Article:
After nearly a decade of conflict, Syrian refugee women have become some of the most vulnerable amid the crisis. Thousands have lost their families and husbands, and now must provide for their children, alone in an unfamiliar country. Hearing firsthand accounts of the refugee crisis in Jordan, we reflect on what it means to be a Syrian woman. We follow their experiences of survival – from displacement, danger, child-marriage, and trauma, to their resilience and hope to rebuild a better future for their children. Screenings: Elks Lodge Monday, Feb 17th @ 4:00 pm & ZACC Tuesday, Feb 18th @ 1:30 pm

Carol Schwartz

He Who Has Health Has Hope

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He who has health has hope; and he who has hope has everything.

Arabian Proverb

Dear Friends,

Our health care system is a source of anxiety for most Americans who realize that a gap in coverage can cost them their loved ones’ health, their livelihood, and their homes. We have the most expensive system but it does not deliver the best results. The “Follow the Money in Health Care” panel will look at the forces that impact our ability to manage costs, quality, access, and waste in health care. This will be a unique opportunity to hear experienced voices from economics, health insurance, and health care fields.

The “Follow the Money in Health Care” panel will take place on Thursday, February 13 at 7pm in UM Gallagher Business Building Room 123 (600 Connell near Arthur). Moderator Tom Roberts MD (helped form Montana Health Co-op MHC) will be joined by panelists Jim Edwards (health insurance, helped form the MHC), Marilyn Bartlett (former MT employee health insurance program), Marc Mentel DO (Western MT Mental Health Centers and MT Medical Association), and Dick Barrett PhD (retired UM Economics).

This will be a non-partisan and informational event in order to give you background for the choices ahead. The panel will be presented by Montanans Move to Amend and is Co-sponsored by Missoula League of Women Voters, MontPIRG, and Jeannette Rankin Peace Center.

Sue Kirchmyer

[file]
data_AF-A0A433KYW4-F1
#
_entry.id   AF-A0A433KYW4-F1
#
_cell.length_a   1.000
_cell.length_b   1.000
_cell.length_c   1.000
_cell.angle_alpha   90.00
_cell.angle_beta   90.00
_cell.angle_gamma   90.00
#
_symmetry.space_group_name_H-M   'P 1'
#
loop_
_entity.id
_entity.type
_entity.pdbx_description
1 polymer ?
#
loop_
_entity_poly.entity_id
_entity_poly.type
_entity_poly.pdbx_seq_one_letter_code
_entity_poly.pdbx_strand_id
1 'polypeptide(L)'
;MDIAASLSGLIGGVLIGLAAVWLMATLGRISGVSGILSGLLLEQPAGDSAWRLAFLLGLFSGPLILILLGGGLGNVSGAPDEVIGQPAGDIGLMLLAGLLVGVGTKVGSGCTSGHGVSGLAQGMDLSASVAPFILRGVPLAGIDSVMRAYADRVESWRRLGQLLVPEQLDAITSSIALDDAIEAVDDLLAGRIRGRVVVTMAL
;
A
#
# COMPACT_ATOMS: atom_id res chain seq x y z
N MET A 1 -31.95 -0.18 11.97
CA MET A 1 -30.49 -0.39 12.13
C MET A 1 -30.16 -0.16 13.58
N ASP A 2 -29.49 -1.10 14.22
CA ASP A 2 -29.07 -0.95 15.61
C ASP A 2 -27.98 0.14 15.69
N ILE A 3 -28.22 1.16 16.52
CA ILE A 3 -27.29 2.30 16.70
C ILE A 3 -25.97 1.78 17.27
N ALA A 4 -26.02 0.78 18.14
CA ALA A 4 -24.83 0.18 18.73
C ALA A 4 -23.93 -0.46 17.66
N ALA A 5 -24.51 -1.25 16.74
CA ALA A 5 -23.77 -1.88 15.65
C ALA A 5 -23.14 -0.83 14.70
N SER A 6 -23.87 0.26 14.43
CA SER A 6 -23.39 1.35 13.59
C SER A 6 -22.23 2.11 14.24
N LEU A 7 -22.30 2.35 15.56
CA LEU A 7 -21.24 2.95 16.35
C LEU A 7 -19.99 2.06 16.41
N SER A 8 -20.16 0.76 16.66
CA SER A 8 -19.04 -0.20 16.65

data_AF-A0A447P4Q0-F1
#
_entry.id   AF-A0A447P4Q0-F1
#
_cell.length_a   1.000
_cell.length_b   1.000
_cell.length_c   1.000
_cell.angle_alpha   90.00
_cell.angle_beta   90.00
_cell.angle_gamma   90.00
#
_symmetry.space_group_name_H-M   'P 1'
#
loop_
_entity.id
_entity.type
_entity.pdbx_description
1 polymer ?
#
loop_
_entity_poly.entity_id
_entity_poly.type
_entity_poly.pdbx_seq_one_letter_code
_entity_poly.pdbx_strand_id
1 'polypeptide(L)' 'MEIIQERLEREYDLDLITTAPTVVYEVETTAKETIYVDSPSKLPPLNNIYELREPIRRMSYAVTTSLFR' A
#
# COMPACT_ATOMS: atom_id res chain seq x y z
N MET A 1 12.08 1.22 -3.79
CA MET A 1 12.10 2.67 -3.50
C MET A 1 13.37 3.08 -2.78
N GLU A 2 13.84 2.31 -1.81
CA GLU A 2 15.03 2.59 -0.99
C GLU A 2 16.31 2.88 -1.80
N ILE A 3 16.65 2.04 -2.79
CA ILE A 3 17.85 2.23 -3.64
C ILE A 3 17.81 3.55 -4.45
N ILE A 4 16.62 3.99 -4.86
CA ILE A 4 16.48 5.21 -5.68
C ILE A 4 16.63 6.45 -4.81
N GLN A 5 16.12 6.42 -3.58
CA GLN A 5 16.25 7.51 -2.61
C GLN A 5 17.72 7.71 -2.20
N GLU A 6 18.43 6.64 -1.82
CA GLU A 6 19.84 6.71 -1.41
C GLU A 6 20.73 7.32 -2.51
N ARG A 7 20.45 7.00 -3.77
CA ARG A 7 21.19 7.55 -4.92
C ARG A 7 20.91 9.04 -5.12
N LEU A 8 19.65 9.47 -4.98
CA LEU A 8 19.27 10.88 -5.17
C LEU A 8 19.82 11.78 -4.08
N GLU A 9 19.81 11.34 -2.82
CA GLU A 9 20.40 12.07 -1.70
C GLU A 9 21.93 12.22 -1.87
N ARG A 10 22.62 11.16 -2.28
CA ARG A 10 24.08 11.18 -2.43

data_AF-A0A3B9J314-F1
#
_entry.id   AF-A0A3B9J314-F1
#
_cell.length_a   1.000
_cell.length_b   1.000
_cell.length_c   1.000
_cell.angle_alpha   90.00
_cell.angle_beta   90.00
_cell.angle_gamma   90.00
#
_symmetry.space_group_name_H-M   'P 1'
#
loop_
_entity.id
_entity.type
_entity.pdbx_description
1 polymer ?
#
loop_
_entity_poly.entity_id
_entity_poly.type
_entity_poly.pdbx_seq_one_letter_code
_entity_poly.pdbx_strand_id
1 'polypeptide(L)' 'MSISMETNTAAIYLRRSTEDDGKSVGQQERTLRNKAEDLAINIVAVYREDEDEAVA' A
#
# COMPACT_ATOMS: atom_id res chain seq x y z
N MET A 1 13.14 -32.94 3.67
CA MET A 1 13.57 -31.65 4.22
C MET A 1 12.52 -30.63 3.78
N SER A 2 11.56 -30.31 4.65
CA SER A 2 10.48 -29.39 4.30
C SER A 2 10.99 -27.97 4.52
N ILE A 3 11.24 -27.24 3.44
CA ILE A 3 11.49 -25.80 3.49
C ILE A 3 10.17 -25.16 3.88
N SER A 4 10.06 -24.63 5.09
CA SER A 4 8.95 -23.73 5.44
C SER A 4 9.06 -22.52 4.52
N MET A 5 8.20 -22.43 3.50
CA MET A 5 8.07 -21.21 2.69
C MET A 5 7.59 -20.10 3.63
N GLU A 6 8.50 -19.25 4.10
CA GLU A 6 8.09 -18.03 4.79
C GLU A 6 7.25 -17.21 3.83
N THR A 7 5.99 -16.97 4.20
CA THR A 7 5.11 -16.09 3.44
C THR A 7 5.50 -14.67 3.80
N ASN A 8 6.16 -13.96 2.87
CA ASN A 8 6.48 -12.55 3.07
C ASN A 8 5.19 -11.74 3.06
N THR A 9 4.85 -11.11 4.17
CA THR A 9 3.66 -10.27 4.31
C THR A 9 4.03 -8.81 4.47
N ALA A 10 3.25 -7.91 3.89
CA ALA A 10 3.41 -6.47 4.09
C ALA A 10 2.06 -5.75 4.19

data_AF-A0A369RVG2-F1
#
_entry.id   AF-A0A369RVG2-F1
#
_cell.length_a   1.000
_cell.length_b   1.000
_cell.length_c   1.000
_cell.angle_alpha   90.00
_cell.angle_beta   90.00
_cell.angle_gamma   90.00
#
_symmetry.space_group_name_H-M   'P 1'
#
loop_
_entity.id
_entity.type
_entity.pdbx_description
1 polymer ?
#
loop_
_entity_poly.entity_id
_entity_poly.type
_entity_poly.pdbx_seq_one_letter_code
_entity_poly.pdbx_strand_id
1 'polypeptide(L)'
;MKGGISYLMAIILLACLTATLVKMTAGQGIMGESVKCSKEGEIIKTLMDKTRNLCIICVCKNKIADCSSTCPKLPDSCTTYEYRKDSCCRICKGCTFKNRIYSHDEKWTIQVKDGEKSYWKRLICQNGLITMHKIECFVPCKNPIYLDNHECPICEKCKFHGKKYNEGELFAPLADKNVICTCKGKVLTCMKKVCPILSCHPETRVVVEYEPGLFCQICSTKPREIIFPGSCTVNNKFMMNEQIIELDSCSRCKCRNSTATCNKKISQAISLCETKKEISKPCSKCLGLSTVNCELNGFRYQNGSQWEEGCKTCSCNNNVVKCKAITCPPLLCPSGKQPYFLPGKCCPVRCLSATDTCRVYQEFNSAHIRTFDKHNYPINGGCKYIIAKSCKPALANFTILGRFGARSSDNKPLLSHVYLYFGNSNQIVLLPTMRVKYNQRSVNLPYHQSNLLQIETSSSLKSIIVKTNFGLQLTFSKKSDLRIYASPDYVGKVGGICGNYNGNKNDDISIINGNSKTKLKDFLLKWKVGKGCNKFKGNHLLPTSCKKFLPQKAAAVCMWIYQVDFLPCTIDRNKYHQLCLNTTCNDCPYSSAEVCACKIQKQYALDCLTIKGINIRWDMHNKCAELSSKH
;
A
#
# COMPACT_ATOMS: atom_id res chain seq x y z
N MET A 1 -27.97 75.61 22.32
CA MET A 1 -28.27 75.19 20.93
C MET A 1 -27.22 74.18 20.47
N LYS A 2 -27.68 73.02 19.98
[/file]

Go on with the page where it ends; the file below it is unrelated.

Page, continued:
Montanans Move to Amend

12 Things I’ve Learned Not Owning A Car

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“The quieter you become, the more you can hear.”            Ram Dass

Dear Friends,

Upon moving to Missoula at the end of November, I made the decision not to own a car. Now there are several reasons why but that would be an entirely different list. I wanted to share some things I’ve learned about myself, our community, and life over the last two months.

  1. Backpacks are life! This is hands down the most useful thing I have purchased in the last two months.
  2. Speaking of money, I save a lot by not owning a car. Not just by not having a car payment and insurance but I also shop less and buy less when I do shop.
  3. It takes longer to get most places. Yes, but I don’t have to look for parking. So I’m going to mark this as a net positive.
  4. With all that travel time, I can get through a lot of books, audio books, and podcasts on my way around town.
  5. There are times to leave the headphones out of my ears and take in my environment.
  6. The world looks different when I’m on foot. I’m not entirely sure how to explain this one but I really have time to look at things and be present when I’m on foot.
  7. Walks are a great time to call your family.
  8. Always and I mean ALWAYS have a coat, preferably one that is at least water resistant.
  9. Shoes, shoes, shoes! Select footwear to match transportation (Then have a pair backup for that meeting you forget about and have to walk to).
  10. Missoula’s bus drivers are some of the nicest people in our community.
  11. Everyone has a story to share and sometimes the person sitting across from you on the bus is just the person to tell.
  12. Life is quieter and moves slower. I am a much happier person for it.

Now I’m not saying that going up a car is a possible or practical option for everyone but I hope you all take at least one day in February and go car-less if this is not already part of your lifestyle. Walk, take the bus, bike – I would love to hear about the things you learn!

Carol Schwartz

P.S. We had an amazing peace activist drop by the center last week who is looking to relocate to Missoula. If you have any leads on an affordable place to rent let us know!

Fear, Danger, Courage

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“Fear creates danger, and courage dispels it.”